Under U.S. law since 1970, marijuana has been a Schedule I controlled substance. This means that the drug has no approved medical use. Twenty states and the District of Columbia have legalized marijuana for medical use even though it hasn’t been approved by the Food and Drug Administration (FDA) to be a medicine. There are a few reasons why it hasn’t been approved. There haven’t been enough studies to show that its benefits outweigh its harms—that is, that it doesn’t cause more problems than it treats. Also, because it is a plant, there is no way to know how much or exactly what chemicals a person is getting each time they use it (unlike with a pill or shot).
That said, there are medications containing synthetic (man-made)THC, the main active ingredient in marijuana, that are used to treat nausea in cancer patients undergoing chemotherapy, and to stimulate appetite in patients with wasting syndrome—severe, involuntary weight loss—due to AIDS.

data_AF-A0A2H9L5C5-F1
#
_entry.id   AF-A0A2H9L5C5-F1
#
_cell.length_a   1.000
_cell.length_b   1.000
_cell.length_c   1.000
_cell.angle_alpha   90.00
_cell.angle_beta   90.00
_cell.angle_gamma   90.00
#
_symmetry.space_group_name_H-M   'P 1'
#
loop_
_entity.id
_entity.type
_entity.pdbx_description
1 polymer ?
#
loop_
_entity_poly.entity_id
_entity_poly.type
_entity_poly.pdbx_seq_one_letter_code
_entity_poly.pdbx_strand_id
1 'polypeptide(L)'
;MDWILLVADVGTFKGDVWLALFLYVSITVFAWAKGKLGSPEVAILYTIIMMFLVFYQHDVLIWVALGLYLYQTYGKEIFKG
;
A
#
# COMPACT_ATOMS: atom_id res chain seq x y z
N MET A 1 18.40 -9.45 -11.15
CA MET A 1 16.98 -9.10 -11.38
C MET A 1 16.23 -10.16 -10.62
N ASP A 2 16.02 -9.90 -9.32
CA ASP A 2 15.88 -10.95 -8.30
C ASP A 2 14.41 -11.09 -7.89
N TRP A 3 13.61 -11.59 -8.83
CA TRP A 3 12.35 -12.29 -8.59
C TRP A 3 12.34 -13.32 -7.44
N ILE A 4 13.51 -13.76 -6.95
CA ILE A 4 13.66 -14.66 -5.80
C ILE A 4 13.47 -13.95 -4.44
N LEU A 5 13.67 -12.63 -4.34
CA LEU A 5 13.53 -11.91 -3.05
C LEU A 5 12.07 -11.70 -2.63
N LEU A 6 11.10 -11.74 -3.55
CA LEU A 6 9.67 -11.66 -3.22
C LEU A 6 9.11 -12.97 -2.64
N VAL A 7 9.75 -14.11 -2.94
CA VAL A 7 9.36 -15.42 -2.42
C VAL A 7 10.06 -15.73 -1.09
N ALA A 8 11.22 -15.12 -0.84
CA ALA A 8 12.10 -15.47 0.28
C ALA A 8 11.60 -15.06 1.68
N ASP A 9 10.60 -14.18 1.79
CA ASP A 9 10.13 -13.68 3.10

Since the discovery of the cannabinoid system—receptors in the body that bind THC, and chemicals that act as these receptors—scientists are actively looking for ways to use this system for medical purposes. Several promising compounds are being tested for the treatment of obesity, pain, and other disorders. However, it is unlikely that smoked marijuana will be developed as a medication because of its negative health effects.